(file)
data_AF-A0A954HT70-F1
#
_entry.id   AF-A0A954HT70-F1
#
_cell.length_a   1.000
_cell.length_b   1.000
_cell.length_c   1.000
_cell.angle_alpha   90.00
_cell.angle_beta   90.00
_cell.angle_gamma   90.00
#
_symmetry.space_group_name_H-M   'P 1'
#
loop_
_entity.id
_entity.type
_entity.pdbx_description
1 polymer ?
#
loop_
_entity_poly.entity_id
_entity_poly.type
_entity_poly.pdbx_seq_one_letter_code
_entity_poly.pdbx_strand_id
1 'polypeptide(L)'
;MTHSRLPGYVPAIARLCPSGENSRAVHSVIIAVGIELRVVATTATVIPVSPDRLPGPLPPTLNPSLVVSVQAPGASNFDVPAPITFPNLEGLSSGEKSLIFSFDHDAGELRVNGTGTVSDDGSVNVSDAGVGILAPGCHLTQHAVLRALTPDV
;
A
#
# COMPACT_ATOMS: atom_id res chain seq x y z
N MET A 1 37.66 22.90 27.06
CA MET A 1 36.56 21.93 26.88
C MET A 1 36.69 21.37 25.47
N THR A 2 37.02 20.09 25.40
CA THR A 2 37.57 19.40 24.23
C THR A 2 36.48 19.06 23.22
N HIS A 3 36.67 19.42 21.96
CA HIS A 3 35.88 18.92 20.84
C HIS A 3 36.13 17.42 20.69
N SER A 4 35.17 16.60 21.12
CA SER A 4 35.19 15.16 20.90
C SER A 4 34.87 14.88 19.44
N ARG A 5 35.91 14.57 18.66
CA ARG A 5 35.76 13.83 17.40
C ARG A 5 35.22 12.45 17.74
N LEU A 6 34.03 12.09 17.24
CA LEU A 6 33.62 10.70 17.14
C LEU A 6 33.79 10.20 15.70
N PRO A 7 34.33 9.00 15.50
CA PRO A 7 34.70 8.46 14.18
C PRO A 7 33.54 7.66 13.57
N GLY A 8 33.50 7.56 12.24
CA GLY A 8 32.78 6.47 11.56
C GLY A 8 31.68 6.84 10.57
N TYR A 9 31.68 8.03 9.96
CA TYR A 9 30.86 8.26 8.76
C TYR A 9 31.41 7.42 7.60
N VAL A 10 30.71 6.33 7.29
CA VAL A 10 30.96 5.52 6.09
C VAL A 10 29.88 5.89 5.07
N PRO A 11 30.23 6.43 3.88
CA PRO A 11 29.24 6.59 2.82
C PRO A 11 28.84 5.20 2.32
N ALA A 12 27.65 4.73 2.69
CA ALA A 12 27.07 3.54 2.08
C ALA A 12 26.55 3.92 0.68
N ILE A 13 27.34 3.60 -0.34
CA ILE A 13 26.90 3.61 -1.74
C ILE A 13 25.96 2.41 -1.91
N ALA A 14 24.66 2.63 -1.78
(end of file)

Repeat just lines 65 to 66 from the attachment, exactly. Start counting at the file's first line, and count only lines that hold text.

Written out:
CA ALA A 12 27.07 3.54 2.08
C ALA A 12 26.55 3.92 0.68